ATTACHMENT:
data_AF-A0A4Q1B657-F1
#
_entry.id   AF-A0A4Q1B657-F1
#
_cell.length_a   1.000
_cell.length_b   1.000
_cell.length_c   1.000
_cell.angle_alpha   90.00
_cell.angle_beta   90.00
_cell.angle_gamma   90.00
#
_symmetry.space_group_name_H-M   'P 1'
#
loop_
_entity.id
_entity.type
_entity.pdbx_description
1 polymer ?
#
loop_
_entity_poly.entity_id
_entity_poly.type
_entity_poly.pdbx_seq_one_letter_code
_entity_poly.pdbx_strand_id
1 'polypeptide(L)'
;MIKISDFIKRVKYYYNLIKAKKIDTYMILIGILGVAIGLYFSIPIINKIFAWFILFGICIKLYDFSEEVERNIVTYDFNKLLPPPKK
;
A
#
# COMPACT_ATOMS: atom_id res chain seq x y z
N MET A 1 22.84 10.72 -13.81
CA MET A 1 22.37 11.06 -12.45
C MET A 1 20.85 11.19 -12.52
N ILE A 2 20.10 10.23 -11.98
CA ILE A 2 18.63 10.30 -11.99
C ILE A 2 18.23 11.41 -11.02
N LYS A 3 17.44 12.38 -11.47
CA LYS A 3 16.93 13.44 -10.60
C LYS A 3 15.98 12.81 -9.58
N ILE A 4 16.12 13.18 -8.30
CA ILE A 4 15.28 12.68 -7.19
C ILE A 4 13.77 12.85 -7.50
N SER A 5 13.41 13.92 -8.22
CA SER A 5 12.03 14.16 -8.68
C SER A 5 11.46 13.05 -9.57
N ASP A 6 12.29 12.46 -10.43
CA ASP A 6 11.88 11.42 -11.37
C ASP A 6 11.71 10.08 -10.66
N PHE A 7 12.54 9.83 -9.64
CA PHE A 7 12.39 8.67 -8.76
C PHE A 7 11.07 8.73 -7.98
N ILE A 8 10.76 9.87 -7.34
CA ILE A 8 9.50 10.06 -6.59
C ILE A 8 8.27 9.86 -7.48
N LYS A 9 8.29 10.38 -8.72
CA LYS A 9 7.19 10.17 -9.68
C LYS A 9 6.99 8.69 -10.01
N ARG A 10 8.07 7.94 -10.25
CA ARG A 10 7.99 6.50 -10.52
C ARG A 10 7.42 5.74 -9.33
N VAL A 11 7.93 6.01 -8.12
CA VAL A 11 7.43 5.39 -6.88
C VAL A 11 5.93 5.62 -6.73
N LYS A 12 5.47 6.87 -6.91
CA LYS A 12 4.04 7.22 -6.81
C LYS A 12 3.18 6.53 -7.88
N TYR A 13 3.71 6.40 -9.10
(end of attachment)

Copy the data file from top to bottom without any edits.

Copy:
data_AF-A0A4Q1B657-F1
#
_entry.id   AF-A0A4Q1B657-F1
#
_cell.length_a   1.000
_cell.length_b   1.000
_cell.length_c   1.000
_cell.angle_alpha   90.00
_cell.angle_beta   90.00
_cell.angle_gamma   90.00
#
_symmetry.space_group_name_H-M   'P 1'
#
loop_
_entity.id
_entity.type
_entity.pdbx_description
1 polymer ?
#
loop_
_entity_poly.entity_id
_entity_poly.type
_entity_poly.pdbx_seq_one_letter_code
_entity_poly.pdbx_strand_id
1 'polypeptide(L)'
;MIKISDFIKRVKYYYNLIKAKKIDTYMILIGILGVAIGLYFSIPIINKIFAWFILFGICIKLYDFSEEVERNIVTYDFNKLLPPPKK
;
A
#
# COMPACT_ATOMS: atom_id res chain seq x y z
N MET A 1 22.84 10.72 -13.81
CA MET A 1 22.37 11.06 -12.45
C MET A 1 20.85 11.19 -12.52
N ILE A 2 20.10 10.23 -11.98
CA ILE A 2 18.63 10.30 -11.99
C ILE A 2 18.23 11.41 -11.02
N LYS A 3 17.44 12.38 -11.47
CA LYS A 3 16.93 13.44 -10.60
C LYS A 3 15.98 12.81 -9.58
N ILE A 4 16.12 13.18 -8.30
CA ILE A 4 15.28 12.68 -7.19
C ILE A 4 13.77 12.85 -7.50
N SER A 5 13.41 13.92 -8.22
CA SER A 5 12.03 14.16 -8.68
C SER A 5 11.46 13.05 -9.57
N ASP A 6 12.29 12.46 -10.43
CA ASP A 6 11.88 11.42 -11.37
C ASP A 6 11.71 10.08 -10.66
N PHE A 7 12.54 9.83 -9.64
CA PHE A 7 12.39 8.67 -8.76
C PHE A 7 11.07 8.73 -7.98
N ILE A 8 10.76 9.87 -7.34
CA ILE A 8 9.50 10.06 -6.59
C ILE A 8 8.27 9.86 -7.48
N LYS A 9 8.29 10.38 -8.72
CA LYS A 9 7.19 10.17 -9.68
C LYS A 9 6.99 8.69 -10.01
N ARG A 10 8.07 7.94 -10.25
CA ARG A 10 7.99 6.50 -10.52
C ARG A 10 7.42 5.74 -9.33
N VAL A 11 7.93 6.01 -8.12
CA VAL A 11 7.43 5.39 -6.88
C VAL A 11 5.93 5.62 -6.73
N LYS A 12 5.47 6.87 -6.91
CA LYS A 12 4.04 7.22 -6.81
C LYS A 12 3.18 6.53 -7.88
N TYR A 13 3.71 6.40 -9.10